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Physicians call for more support in the Black community for HIV access, treatments and education

Physicians call for more support in the Black community for HIV access, treatments and education
February 7 is National Black HIV/AIDS Awareness Day in the United States. This day recognizes the need for equity in HIV/AIDS education and treatment access in a community greatly impacted by these diseases.

HIV, or human immunodeficiency virus, attacks the immune system of the patient, mainly the white blood cells. This weakens the immune system and can lead to AIDS or acquired immunodeficiency syndrome.

And while it’s clear these diseases affect people of all genders and races, according to a 2019 CDC study, Black men accounted for three-quarters of new HIV infections in the U.S., with Black women also affected at a higher rate.

“In general, access to healthcare has a disparity. This includes testing,” said Elias Woldegabriel, MD, Infectious Diseases. “Some patients stop treatment after they feel better, and with the stigma, some refuse treatment even when it’s available.” The number of people who do not know they are HIV positive has dropped to 13%, but there is still room for improvement.

Dr. Woldegabriel said that of the new cases of HIV diagnosed a year, Black and brown community members make up a large part of those cases. A separate CDC study found that Black transgender women made up 62% of infections in the US transgender community.

 “We’ve made significant progress in prevention, diagnosis and treatment,” said Dr. Woldegabriel. “This benefits those who have HIV as well as the larger community by decreasing the spread of HIV, and possibly stopping the spread of the disease.”

As a Black, gay man who is currently a resident in the Carle Family Medicine program, Christopher Veal, MD, CTICP, knows very well the impact of HIV on his community. The history of a patient who was recently referred to Dr. Veal is a reminder to him of the importance of caring for HIV positive patients.

A decade ago, a patient received an HIV diagnosis but due to a terrible experience with a physician, they did not come back for treatment. The patient’s conditioned worsened, and when they came back for treatment, it was too late. “He was Black like me, 30 years old and gay,” said Dr. Veal. “This could be me. HIV is a preventable disease now, but he didn’t receive treatment because of the trauma of that first visit. That will be with me forever. It reminds me of why I do what I do, why it’s so important.”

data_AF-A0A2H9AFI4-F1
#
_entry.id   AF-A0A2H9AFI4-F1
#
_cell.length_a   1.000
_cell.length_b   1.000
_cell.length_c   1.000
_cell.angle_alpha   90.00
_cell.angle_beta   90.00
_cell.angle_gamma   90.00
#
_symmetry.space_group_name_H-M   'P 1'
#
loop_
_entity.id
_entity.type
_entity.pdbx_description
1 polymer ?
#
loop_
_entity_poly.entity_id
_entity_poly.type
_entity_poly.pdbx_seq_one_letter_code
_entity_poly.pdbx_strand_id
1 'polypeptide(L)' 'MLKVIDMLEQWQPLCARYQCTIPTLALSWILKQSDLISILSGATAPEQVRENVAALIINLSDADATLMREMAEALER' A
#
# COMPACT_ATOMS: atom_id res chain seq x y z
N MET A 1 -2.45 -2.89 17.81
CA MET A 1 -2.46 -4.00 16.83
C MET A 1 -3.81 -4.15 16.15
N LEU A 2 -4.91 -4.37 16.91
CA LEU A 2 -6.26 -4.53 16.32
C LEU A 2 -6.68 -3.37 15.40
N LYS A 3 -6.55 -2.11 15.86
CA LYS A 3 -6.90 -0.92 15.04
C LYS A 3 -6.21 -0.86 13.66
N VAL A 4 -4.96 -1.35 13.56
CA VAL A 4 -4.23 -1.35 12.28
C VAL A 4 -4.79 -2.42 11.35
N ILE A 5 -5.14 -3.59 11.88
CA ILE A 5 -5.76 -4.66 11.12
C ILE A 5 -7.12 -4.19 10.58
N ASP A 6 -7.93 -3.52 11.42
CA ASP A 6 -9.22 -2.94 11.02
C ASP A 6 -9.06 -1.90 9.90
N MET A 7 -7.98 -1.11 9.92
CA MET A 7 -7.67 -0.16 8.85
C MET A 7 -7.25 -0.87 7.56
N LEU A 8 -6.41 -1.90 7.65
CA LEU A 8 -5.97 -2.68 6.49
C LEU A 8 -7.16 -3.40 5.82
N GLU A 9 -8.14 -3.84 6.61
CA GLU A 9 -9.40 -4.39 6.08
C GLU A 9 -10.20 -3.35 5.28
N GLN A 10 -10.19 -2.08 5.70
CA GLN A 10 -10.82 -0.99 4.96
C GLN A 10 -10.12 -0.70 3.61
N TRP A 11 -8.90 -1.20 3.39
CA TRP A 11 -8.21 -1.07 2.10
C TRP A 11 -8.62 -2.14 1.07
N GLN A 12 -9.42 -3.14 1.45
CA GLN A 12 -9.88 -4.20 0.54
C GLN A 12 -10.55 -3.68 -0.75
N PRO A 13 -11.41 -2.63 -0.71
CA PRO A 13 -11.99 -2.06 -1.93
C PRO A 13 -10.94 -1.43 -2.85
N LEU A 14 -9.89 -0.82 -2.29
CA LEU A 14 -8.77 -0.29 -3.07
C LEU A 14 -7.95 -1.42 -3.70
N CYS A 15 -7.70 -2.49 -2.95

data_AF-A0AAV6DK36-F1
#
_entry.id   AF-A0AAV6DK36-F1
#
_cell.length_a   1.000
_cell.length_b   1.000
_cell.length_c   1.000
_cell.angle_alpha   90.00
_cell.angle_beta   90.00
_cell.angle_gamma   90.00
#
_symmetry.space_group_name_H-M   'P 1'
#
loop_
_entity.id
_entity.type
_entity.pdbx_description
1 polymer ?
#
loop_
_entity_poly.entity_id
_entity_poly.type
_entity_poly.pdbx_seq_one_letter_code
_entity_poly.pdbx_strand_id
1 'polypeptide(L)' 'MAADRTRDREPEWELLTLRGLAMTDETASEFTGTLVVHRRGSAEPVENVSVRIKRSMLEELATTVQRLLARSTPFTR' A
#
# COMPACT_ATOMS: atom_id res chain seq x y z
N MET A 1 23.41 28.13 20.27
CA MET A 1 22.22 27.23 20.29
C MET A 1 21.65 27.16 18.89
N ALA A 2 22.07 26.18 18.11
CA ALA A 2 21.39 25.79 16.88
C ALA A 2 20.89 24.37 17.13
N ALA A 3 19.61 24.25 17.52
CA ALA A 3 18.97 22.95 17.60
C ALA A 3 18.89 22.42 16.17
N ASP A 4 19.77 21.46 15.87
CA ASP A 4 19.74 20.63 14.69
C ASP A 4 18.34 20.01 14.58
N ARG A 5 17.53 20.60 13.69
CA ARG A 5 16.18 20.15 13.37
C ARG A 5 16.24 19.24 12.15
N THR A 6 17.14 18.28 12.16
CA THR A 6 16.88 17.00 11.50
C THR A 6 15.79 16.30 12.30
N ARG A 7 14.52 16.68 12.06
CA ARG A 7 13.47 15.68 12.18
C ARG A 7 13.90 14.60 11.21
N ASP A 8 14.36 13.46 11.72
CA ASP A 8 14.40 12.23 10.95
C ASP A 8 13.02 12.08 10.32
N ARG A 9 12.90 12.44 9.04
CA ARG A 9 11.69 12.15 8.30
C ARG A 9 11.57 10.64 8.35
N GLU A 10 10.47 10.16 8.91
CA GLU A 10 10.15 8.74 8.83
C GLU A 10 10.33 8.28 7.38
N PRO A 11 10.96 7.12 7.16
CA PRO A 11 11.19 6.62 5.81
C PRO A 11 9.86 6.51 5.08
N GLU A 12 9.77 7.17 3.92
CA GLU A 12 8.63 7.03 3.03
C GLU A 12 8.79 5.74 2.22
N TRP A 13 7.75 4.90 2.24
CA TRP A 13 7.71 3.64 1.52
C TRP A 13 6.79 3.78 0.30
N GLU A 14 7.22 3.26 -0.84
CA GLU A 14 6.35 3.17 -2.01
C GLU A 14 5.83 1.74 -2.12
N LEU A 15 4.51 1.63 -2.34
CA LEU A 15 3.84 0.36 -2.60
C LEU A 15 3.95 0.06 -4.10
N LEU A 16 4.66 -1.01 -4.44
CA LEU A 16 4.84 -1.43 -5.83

“We now strive to start treatment as early as on the day of the HIV diagnosis,” said Dr. Woldegabriel. “With early treatment, we can avoid the risk of developing AIDS and people with HIV can expect to live a normal life span. In the past, early treatment was not the norm.”

Pre-exposure prophylaxis, PrEP, is over 96% effective in preventing transmission of HIV.
“Being undetectable, along with the use of PrEP and condoms, means that the odds of getting HIV is basically impossible,” said Dr. Veal. “The phrase ‘Undetectable equals untransmissible’ has become popular in the culture.”

Dr. Woldegabriel urges everyone to get tested for HIV and to take steps to address the disease. “Waiting doesn’t get you anything. Not knowing your HIV status can be detrimental by delaying treatment. Undiagnosed HIV will lead to AIDS. Treatment of HIV at the AIDS stage can be difficult and may lead to many complications as well as treatment failure.”

Treatment has also evolved to be more efficient with fewer side effects, and much easier to manage. “We now have an injectable medication taken every two months,” said Dr. Woldegabriel. “Nowadays, most people with HIV can be managed with just one pill once a day.”

Equal access to HIV education is the best measure to protect against HIV and AIDS for those in the community and for healthcare providers. According to Dr. Veal, education can also come in the form of entertainment.

“Media and advertising have shifted to show patients living their lives and thriving,” said Dr. Veal. “This humanizes the trans experience and the lives of those with HIV.”

Dr. Veal encourages his fellow physicians to better educate themselves on how to speak about HIV with their patients.

“It comes down to just asking about the disease and recommending PrEP,” he said. "If you don’t ask, you don’t know. It’s important for doctors to be open to these conversations to provide needed treatment."

The shift in how the media presents HIV gives Dr. Veal hope that it will help break the stigma and start important conversations without fear.

For more information about HIV and AIDS testing and treatment, visit or

Categories: Community

Tags: AIDS, Community, Disease, HIV, Infectious, Prevention